With online school, parent involvement is key! Serving as the student’s Learning Coach, a parent or other trusted adult supports the child’s learning and enjoys a front-row seat to witness those "aha!" moments. Initially, many parents wonder if an ordinary person without teaching experience can do this—and the answer is yes!
While online school usually means doing school at home, one way it’s different from traditional homeschooling is that there are teachers who do the teaching. Depending upon your child’s age, supporting a child’s education may mean things like structuring the daily schedule, providing reminders, communicating with teachers, and keeping the student on track to complete courses on time, but every family does this a bit differently! Check out the advice below, given by parents who are already giving their children the advantages of a personalized virtual school education.
Have the right mind-set
Many parents believe that having the right attitude can make a big difference in finding your family’s "groove" in virtual school.
"Take each day as it comes. Stay consistent and open-minded. Listen to your kiddo, and value this time and their feedback. Be willing to be flexible, but set limits." —Sheila L.
"Have patience with yourself first!" —Amanda V.
"As a Learning Coach, be open to learning alongside your student! Every day, mundane activities can be new teaching/learning opportunities! One last thing: never be afraid to ask for help. We’ve all got to start somewhere!" —Nikki G.
"Don’t panic and don’t overthink. You can make something simple turn into something complicated quickly." —Cristy R.
"Give your children the attention they deserve to move forward and to understand why they are attending school." —Shelley F.
"Stay consistent, laugh a lot, remember why you chose schooling from home, and stay organized." —Sherry B.
"Allow your children to go at their own pace. Just provide the best learning environment and let them discover their best way to learn!" —Jeannette
"Understand that your student is not a cookie-cutter version of all other students—each one will be unique in his or her learning style and successes. Have fun, take breaks, and make sure you are all finding things you enjoy!" —Jennifer S.
"Mix it up. One of the big plusses to using online school is the freedom and the time to add what we want. Trips to local museums, wildlife refuges, YouTube videos, community projects—so many things we can use to keep our students engaged and help them to apply and retain the information they are going over." —Andy and Rachel
Advance preparation isn’t just for Boy Scouts—it’s the best policy for Learning Coaches, too.
"Set up a separate room/area just for school. Be very organized, and use visuals, such as calendars, daily reminders, a dry-erase board, etc. Make the learning environment bright and interesting. Keep up with attendance and checking off assignments daily. Organize, organize, organize; it makes things go so much smoother." —Kelly S. C.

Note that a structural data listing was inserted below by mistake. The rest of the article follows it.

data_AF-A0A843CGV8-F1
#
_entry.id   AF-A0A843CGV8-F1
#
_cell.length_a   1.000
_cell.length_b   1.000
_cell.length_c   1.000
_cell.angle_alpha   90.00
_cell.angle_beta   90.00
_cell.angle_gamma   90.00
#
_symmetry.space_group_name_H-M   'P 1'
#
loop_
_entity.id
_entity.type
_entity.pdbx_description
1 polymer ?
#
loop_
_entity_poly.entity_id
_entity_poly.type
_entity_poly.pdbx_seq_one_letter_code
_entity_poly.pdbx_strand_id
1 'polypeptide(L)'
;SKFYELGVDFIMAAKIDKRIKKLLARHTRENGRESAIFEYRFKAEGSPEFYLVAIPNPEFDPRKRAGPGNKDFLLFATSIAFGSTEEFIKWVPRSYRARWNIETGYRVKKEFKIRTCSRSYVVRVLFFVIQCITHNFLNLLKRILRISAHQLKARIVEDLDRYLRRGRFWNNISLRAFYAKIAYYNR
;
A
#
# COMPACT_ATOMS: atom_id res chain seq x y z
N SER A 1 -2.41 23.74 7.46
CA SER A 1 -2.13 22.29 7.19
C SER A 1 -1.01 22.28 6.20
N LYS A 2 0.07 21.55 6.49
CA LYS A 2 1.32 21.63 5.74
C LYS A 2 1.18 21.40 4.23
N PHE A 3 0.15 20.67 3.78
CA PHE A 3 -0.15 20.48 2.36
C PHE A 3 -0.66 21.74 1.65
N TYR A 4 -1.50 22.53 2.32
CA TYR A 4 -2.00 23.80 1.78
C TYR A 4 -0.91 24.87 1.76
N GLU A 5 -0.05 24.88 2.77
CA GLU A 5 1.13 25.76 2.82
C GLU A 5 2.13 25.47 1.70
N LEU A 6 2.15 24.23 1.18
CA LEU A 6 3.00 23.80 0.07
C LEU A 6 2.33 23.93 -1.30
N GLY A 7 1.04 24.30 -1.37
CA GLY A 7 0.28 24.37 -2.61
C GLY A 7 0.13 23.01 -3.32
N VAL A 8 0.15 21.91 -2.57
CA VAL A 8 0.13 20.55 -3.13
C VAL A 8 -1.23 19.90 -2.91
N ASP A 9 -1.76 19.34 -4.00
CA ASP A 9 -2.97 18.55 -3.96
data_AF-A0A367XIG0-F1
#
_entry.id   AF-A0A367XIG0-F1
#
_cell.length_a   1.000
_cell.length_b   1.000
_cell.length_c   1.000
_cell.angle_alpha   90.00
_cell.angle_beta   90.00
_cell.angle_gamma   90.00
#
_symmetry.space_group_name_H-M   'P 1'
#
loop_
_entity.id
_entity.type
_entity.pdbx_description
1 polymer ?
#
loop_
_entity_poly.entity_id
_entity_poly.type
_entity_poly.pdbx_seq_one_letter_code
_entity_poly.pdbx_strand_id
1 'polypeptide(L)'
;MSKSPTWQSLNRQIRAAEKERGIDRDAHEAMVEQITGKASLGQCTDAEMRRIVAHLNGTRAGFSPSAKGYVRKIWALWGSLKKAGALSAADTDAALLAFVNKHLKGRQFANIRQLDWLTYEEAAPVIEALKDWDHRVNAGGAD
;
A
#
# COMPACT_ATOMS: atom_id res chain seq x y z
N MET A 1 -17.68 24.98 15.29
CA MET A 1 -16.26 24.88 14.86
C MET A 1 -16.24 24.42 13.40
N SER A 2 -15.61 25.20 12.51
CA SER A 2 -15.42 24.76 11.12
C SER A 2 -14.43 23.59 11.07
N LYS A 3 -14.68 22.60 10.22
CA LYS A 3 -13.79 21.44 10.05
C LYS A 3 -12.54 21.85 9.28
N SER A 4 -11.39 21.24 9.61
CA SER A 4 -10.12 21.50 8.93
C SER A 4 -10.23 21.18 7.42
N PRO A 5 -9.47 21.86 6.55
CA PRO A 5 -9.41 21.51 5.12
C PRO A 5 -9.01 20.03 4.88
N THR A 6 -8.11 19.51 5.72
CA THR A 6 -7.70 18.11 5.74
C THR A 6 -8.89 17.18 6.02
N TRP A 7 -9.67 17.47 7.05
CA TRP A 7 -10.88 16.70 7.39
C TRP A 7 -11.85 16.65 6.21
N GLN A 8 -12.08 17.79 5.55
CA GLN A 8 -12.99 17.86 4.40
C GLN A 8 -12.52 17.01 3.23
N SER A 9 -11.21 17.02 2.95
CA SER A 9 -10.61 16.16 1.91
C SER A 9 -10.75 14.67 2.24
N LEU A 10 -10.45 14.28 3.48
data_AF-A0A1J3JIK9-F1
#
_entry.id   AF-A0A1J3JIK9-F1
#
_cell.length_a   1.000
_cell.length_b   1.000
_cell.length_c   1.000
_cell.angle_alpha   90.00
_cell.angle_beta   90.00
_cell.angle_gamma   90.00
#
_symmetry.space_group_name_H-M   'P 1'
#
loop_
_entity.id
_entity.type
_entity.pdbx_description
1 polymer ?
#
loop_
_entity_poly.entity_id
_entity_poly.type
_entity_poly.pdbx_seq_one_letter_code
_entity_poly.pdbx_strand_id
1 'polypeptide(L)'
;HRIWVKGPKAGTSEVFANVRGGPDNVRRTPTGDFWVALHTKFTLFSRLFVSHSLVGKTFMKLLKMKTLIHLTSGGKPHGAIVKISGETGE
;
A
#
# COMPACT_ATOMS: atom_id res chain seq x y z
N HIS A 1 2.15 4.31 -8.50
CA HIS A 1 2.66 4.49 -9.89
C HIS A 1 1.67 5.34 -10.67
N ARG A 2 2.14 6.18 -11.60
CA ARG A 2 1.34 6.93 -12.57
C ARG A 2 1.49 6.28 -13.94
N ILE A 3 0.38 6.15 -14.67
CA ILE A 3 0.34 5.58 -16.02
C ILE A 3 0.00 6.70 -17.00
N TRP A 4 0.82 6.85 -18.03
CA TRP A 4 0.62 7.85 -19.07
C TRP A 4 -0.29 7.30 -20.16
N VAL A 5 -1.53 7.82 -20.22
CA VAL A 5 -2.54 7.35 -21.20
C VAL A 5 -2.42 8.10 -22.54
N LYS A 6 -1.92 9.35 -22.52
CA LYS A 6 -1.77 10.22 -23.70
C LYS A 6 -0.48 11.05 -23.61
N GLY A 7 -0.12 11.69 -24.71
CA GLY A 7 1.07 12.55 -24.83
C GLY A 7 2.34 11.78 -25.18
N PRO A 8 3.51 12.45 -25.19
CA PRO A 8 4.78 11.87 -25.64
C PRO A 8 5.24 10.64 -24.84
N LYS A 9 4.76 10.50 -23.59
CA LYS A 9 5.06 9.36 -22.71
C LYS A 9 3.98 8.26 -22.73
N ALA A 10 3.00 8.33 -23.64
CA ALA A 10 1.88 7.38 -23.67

"I always set aside Friday night to pull all the lessons for the next week and make sure we have all needed materials. It’s a lifesaver for us." —Elizabeth R.
"I really recommend that you be one week ahead of your students: you will know what they need and how to prepare for it. Check the rubrics together. There are some lessons that are meant to be spread over several days—do not try to finish those in one day!" —Elena S.
"Look ahead! As a Learning Coach, I don’t want to be caught off guard needing something we may not have or stumbling around the lesson trying to figure things out while my kids are getting bored." —Amber G.
"Plan ahead and read everything!" —Marteeta S.
"At the end of each day, we make sure everything is ready for the next day. We make sure the computer is charged and pencils are sharpened. We also talk about our game plan and what is expected for the following day. Having five other kids, I find it easy just to always stay three steps ahead on life." —Shannon H.
Buckle down and do the schoolwork
Experienced Learning Coaches and online students offer lots of useful advice for helping students stay on track with their studies.
"Read over all materials and do not skip steps. Check your to-do list and emails daily." —Hollis S.
"Always check to make sure there are no changes to the assignment before beginning. There is no bigger frustration than completing an assignment and finding there was a change and then having to start over!" —Brenda C.
"We purchased a weekly planner. This way we can write down when my students have a portfolio due. Take it one day, one class, at a time. I have a clock that we have set up. I give [my students] forty-five minutes in each class. If they finished before that time, they can go to the next assignment for that class." —Chanin C.
"Try not to get overwhelmed. Instead, just knock out one lesson at a time, and eventually the work will be done." —Kristen H.
"Let your kids do the work. And if they need you for something, remind them you are always there for them—and so are all the teachers! Patience is the key for parents and the students!" —Sherry K.
"Look at the rubrics [for assignments] and listen to that teacher’s online class recording if you have questions. [Teachers] usually discuss bigger assignments during their [LiveLesson] classes. And if needed, go right to the teachers with questions. Take the time to learn your teacher’s expectations for work assignments." —Valari A.
"Make sure you have everything you need for the lessons. Set goals. If you get frustrated, take a break, take a walk—get some air—and then knock it out! Celebrate reaching your goals and accomplishments." —HollyAnn C.
We hope using these great parent-tested tips will inspire you, help you make a smoother transition to online school, or equip you to overcome an issue your family is having.